Hearing someone like Jarvis perform reminds us that there was a time when poetry was exclusively recited or sung -- that some of its roots, in fact, are in the popular ditties of troubadours and ballad singers. It's telling that, while some of Jarvis' influences are poets -- e. e. cummings, Lawrence Ferlinghetti -- others are singer-songwriters such as Tom Waits and Ani DiFranco. Many of his lyrics feature lines that return like refrains. It's easy to see why Jarvis identifies with musicians. Without the security blanket of the poet's traditional podium, singers and slammers alike are forced to maintain what he calls a "direct connection" with the audience.
Jarvis keeps these intersections of poetry and music in mind when he teaches performance-poetry workshops to kids, from third-graders on up. "Once you make the connection between Eminem and poetry, suddenly it's not some dusty old realm of academia," he says. "It's what I'm listening to on my headphones right now."
Like most poets, Jarvis has a day job -- as the buyer at Waterfront Video. In his spare time, he's moving forward with new projects. At The Waiting Room, Jarvis performed part of his poetry set with the three-piece Adam Cooper Wood Experience semi-improvising in the background. He expects a CD of the collaboration to come out within a few months, but says its performance phase is still "experimental." He's also acting in a film directed by Burlington College alum Rob Koier.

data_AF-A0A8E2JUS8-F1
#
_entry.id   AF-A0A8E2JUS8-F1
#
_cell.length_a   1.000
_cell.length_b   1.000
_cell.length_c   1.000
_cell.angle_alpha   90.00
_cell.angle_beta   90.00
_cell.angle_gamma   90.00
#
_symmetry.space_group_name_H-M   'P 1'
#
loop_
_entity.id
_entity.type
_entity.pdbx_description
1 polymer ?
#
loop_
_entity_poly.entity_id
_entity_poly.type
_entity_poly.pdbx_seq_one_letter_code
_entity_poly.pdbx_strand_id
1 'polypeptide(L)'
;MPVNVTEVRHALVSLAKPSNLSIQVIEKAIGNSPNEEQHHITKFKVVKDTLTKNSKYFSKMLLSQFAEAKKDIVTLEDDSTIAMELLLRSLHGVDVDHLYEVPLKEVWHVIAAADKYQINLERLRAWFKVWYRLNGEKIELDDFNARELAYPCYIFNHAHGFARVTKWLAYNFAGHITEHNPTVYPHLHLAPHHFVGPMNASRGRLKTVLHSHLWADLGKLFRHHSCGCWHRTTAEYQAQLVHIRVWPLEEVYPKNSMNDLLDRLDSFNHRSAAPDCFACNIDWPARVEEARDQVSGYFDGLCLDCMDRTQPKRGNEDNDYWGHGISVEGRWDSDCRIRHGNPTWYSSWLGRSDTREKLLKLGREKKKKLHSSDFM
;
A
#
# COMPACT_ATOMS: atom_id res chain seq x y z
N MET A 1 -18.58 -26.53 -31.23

In his poetry, Jarvis has been moving forward, too, into formal experiments -- pasting phrases from other poets together in pieces he calls "cut-ups," or creating found poetry from Free Press headlines. Maybe his greatest strength, though, is as a poet of everyday language, where he has a comic's knack for puncturing illusions and pretensions. "He brings down some of the inflated language [of poetry]," suggests Hewitt.
Sometimes Jarvis' criticism is self-directed. A poem in the 2002 volume critical snarks, "all artists are liars, poets are the worst" -- a point the philosopher Plato, who banished poets from his ideal republic, would have seconded. But Jarvis, who has a showman's instincts, knows that sometimes a "lie" -- a metaphor or a cheesy aphorism or a great song hook -- can be a way to bring out the truth. "As [playwright] Tom Stoppard says," Jarvis points out, "'It's better to be quotable than to be honest.' I may not agree completely with that, but I like a good quote."